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New Warnings About Methadone Poisoning

Posted on April 13, 2010 in Drug Addiction Treatment

The dangers associated with overuse, overdose and unintended deaths due to methadone poisoning have long been known. But recent increases in the numbers of methadone-related deaths have prompted new warnings about methadone poisoning.

How Bad Is It?

Data from the National Center for Health Statistics (NCHS), NCHS Data Brief No. 22, September 2009, of the Centers for Disease Control and Prevention (CDC) show that death rates involving opioid analgesics (painkillers) more than tripled in the U.S. since 1999. During that period (1999-2006), poisoning deaths involving methadone increased the most.

NCHS data suggests that multiple drugs were involved in at least one-half of the opioid analgesic-related poisoning deaths. The fact that benzodiazepines (sedatives prescribed for anxiety, insomnia and seizures) were involved was particularly troubling due to previous studies which showed that people who were prescribed both methadone and benzodiazepines were at greater risk of overdose than those prescribed only one of the drugs.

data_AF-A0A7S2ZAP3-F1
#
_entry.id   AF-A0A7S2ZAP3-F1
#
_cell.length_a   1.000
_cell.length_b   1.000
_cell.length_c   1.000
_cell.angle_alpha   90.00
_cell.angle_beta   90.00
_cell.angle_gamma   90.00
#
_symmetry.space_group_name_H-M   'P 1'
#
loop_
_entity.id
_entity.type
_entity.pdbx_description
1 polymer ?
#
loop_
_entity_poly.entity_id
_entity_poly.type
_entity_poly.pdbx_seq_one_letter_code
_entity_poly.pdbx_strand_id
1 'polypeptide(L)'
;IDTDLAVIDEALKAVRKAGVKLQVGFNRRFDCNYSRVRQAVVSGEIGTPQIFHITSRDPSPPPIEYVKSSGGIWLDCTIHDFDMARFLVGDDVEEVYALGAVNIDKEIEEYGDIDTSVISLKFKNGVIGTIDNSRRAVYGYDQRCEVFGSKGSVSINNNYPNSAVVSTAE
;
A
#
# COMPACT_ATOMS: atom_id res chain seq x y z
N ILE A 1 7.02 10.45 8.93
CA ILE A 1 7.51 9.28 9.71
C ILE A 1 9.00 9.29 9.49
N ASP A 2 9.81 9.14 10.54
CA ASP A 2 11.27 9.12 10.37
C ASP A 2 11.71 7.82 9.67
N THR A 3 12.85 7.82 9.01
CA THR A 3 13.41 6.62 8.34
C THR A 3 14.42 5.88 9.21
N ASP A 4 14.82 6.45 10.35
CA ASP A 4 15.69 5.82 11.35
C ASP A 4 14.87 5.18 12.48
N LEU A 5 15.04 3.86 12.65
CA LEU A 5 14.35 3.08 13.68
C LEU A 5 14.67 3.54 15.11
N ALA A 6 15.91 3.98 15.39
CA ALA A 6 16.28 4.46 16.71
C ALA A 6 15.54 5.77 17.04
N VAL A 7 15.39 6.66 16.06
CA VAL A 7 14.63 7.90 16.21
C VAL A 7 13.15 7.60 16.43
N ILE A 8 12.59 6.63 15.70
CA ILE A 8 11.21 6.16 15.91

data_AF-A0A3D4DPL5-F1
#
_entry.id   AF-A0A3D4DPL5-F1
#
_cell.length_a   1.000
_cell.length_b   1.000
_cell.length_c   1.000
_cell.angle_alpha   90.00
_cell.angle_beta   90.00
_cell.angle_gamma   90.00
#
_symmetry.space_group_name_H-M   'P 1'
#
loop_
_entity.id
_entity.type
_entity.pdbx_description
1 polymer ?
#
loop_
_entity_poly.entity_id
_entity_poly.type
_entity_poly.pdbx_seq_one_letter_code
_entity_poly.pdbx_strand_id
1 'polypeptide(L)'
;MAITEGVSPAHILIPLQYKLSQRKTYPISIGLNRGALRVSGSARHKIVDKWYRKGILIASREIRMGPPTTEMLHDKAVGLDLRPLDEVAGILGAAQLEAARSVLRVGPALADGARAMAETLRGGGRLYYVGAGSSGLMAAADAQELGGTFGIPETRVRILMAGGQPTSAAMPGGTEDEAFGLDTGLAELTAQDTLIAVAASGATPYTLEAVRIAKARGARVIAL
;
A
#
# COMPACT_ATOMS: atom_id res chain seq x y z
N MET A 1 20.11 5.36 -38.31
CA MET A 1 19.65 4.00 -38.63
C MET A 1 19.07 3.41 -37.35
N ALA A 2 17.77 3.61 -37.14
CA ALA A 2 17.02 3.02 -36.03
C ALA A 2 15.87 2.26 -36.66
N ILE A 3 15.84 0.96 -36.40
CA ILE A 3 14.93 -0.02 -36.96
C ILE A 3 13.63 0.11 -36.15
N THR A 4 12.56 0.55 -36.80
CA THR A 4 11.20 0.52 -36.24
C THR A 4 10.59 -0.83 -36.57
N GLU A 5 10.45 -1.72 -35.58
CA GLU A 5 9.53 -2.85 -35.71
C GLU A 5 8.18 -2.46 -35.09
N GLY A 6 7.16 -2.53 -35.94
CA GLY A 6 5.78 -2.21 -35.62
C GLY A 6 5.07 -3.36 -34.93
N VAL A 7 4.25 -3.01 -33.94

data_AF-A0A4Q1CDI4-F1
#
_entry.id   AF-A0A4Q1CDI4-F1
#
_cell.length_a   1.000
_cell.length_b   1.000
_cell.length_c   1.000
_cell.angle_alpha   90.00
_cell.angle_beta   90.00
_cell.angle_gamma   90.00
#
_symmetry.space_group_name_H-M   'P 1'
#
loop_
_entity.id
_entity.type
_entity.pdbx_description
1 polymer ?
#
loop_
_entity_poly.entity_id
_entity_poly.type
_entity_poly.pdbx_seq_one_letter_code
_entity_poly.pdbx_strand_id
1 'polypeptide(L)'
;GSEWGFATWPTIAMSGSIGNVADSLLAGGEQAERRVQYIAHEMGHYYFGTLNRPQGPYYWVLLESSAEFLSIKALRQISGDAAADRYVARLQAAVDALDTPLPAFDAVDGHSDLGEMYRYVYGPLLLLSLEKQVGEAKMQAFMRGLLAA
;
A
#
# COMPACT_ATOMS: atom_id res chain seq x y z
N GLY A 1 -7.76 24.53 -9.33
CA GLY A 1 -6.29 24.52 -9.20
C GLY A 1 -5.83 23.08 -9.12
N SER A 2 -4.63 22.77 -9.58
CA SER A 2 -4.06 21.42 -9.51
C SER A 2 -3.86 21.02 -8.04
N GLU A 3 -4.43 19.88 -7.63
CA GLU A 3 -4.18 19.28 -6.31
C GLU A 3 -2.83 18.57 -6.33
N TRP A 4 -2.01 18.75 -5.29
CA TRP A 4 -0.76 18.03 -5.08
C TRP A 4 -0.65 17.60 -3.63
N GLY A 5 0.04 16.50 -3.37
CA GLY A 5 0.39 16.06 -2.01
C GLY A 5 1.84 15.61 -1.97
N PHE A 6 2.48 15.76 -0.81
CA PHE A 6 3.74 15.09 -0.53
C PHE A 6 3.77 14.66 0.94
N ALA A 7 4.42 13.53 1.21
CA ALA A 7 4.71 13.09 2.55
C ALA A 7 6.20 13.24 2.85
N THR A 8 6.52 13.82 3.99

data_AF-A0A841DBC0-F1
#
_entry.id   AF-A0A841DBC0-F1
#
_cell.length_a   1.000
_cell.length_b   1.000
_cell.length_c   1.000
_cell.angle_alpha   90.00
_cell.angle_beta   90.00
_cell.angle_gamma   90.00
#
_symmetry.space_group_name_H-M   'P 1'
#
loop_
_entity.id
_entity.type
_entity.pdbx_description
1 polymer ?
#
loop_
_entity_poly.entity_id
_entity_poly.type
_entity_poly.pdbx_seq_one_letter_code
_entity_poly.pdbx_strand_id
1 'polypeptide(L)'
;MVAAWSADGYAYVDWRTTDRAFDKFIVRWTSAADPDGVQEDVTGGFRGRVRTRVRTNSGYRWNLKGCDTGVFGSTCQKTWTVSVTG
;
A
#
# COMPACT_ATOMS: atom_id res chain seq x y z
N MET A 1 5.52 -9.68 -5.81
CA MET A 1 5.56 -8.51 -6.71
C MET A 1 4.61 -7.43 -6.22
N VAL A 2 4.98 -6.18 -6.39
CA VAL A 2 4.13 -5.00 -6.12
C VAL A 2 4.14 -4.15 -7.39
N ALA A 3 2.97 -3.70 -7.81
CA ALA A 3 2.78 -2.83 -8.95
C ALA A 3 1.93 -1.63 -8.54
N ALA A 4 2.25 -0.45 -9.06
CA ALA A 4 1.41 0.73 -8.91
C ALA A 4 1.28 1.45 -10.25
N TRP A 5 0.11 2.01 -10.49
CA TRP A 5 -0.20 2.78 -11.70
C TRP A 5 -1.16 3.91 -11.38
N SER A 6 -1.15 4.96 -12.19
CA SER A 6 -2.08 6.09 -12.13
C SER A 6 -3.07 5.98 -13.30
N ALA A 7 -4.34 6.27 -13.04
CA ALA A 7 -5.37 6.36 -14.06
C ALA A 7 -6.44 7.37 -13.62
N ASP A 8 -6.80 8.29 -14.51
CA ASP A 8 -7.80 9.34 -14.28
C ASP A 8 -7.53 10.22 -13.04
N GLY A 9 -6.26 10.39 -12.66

The number of methadone-related deaths rose from 799 in 1999 to almost 5,420 in 2006 – a nearly sevenfold increase. In another report for the year 2003, some 2,000 deaths were attributed to methadone poisoning. That year, more than 2 million prescriptions were filled for methadone.

According to the CDC, during one month in 2007 an estimated 5.2 million people age 12 or older used prescription medication for nonmedical purposes. In 2006, an estimated 57,000 emergency department visits for nonmedical use of hydrocodone (or hydrocodone combinations), 65,000 for nonmedical use of oxycodone (or oxycodone combinations), and 45,000 for the nonmedical use of methadone.